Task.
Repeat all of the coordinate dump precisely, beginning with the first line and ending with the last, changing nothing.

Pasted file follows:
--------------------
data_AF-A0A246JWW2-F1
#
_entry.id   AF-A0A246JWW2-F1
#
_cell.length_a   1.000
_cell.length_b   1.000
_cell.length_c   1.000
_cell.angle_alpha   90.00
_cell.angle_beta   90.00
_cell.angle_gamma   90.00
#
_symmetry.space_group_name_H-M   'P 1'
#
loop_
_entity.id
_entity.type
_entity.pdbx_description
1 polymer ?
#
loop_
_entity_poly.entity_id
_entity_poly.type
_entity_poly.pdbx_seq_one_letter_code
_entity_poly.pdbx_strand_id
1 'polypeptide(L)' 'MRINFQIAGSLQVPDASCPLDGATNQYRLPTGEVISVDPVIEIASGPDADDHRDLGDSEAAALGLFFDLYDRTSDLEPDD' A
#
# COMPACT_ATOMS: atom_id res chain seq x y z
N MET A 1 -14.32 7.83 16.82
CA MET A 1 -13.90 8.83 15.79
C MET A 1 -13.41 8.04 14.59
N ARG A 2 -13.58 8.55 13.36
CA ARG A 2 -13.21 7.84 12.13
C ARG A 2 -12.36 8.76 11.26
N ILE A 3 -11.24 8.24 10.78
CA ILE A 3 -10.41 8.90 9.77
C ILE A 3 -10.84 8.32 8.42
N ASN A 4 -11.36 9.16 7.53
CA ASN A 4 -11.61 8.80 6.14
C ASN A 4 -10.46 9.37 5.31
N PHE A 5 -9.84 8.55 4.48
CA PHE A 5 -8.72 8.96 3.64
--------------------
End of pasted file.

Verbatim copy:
data_AF-A0A246JWW2-F1
#
_entry.id   AF-A0A246JWW2-F1
#
_cell.length_a   1.000
_cell.length_b   1.000
_cell.length_c   1.000
_cell.angle_alpha   90.00
_cell.angle_beta   90.00
_cell.angle_gamma   90.00
#
_symmetry.space_group_name_H-M   'P 1'
#
loop_
_entity.id
_entity.type
_entity.pdbx_description
1 polymer ?
#
loop_
_entity_poly.entity_id
_entity_poly.type
_entity_poly.pdbx_seq_one_letter_code
_entity_poly.pdbx_strand_id
1 'polypeptide(L)' 'MRINFQIAGSLQVPDASCPLDGATNQYRLPTGEVISVDPVIEIASGPDADDHRDLGDSEAAALGLFFDLYDRTSDLEPDD' A
#
# COMPACT_ATOMS: atom_id res chain seq x y z
N MET A 1 -14.32 7.83 16.82
CA MET A 1 -13.90 8.83 15.79
C MET A 1 -13.41 8.04 14.59
N ARG A 2 -13.58 8.55 13.36
CA ARG A 2 -13.21 7.84 12.13
C ARG A 2 -12.36 8.76 11.26
N ILE A 3 -11.24 8.24 10.78
CA ILE A 3 -10.41 8.90 9.77
C ILE A 3 -10.84 8.32 8.42
N ASN A 4 -11.36 9.16 7.53
CA ASN A 4 -11.61 8.80 6.14
C ASN A 4 -10.46 9.37 5.31
N PHE A 5 -9.84 8.55 4.48
CA PHE A 5 -8.72 8.96 3.64